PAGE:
• These are easy and compact centrifuges that are ideal for the analysis of blood samples and other biological samples.
  • The low-speed centrifuge works on the same principle as all other centrifuges, but the application is limited to the separation of simpler solutions.

7. Microcentrifuge


Figure: Microfuge 16 and Microfuge 20. Image Source: Beckman Coulter, Inc.

  • Microcentrifuges are the centrifuges used for the separation of samples with smaller volumes ranging from 0.5 to 2 µl.
  • Microcentrifuges are usually operated at a speed of about 12,000-13,000 rpm.
  • This is used for the molecular separation of cell organelles like nuclei and DNA and phenol extraction.
  • Microcentrifuges, also termed, microfuge, use sample tubes that are smaller in size when compared to the standard test tubes used in larger centrifuges.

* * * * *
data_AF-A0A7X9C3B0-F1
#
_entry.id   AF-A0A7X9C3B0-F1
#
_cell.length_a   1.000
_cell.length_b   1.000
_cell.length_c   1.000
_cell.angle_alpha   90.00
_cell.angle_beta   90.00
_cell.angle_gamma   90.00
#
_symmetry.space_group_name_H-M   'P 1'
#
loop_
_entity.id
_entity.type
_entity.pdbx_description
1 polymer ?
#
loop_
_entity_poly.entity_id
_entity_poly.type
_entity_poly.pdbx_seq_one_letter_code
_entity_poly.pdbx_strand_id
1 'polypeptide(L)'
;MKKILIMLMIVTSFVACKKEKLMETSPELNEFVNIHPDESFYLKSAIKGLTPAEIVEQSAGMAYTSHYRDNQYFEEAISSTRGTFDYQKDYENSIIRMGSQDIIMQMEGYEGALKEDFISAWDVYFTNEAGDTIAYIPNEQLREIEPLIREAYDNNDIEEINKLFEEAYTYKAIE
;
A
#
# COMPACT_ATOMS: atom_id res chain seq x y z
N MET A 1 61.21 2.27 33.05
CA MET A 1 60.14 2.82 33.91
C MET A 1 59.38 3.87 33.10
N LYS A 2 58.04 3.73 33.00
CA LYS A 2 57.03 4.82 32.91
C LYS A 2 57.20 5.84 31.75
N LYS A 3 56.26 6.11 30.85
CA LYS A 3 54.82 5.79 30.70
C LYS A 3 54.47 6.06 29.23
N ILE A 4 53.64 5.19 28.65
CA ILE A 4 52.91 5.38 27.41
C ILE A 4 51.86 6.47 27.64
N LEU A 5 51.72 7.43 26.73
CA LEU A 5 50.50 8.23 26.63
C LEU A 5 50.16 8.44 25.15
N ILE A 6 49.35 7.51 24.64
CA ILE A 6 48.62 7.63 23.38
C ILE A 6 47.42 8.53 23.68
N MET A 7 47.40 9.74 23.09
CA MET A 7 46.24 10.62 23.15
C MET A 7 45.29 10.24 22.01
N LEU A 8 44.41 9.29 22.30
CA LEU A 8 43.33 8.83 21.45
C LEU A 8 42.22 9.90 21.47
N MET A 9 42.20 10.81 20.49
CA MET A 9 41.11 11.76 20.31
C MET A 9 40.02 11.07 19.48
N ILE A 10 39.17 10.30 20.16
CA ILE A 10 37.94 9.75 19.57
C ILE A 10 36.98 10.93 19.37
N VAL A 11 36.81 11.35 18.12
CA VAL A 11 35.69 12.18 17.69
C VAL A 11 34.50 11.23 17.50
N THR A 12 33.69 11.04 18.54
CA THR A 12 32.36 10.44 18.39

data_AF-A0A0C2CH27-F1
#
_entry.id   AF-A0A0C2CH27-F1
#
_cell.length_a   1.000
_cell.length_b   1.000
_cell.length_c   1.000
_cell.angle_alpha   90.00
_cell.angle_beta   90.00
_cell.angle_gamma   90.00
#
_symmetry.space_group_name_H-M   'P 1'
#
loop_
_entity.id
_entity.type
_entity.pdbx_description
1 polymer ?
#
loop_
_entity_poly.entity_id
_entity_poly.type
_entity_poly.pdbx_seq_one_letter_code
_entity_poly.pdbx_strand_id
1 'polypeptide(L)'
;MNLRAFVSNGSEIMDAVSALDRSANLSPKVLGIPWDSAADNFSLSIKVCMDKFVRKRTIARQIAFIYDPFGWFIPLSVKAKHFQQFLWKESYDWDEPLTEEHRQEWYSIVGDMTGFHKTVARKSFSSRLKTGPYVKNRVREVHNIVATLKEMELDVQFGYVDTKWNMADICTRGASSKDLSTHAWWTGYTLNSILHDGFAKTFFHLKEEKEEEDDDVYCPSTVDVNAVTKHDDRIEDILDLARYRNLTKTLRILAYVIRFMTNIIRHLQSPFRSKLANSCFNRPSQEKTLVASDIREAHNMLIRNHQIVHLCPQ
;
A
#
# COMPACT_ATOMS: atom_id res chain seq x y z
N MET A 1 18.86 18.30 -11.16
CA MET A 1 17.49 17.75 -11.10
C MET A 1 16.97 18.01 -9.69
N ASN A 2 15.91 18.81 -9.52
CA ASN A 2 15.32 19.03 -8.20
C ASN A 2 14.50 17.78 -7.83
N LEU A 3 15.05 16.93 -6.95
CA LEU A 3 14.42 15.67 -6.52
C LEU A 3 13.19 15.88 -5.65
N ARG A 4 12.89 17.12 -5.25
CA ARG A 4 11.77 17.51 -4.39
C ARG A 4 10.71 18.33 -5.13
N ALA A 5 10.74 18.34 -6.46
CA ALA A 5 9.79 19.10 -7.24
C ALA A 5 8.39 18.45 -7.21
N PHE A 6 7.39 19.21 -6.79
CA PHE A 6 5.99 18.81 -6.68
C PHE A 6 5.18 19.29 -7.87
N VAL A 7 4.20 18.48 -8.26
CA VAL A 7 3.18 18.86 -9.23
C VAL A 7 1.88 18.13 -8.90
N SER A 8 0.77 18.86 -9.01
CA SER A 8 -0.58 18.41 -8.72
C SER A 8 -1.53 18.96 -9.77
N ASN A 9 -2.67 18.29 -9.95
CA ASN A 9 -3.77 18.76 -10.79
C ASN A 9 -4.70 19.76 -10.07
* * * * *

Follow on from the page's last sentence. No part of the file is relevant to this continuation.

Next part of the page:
• Some microcentrifuges come with adapters that facilitate the use of larger tubes along with the smaller ones.
  • Microcentrifuges with temperature controls are available for the operation of temperature-sensitive samples.

8. Refrigerated centrifuges

Refrigerated centrifuges

Figure: Allegra 64R Refrigerated Benchtop Centrifuge. Image Source: Beckman Coulter, Inc.

  • Refrigerated centrifuges are the centrifuges that are provided with temperature control ranging from -20°C to -30°C.
  • A different variation of centrifuges is available that has the system of temperature control which is essential for various processes requiring lower temperatures.
  • Refrigerated centrifuges have a temperature control unit in addition to the rotors and racks for the sample tubes.
  • These centrifuges provide the RCF of up to 60,000 xg that is ideal for the separation of various biological molecules.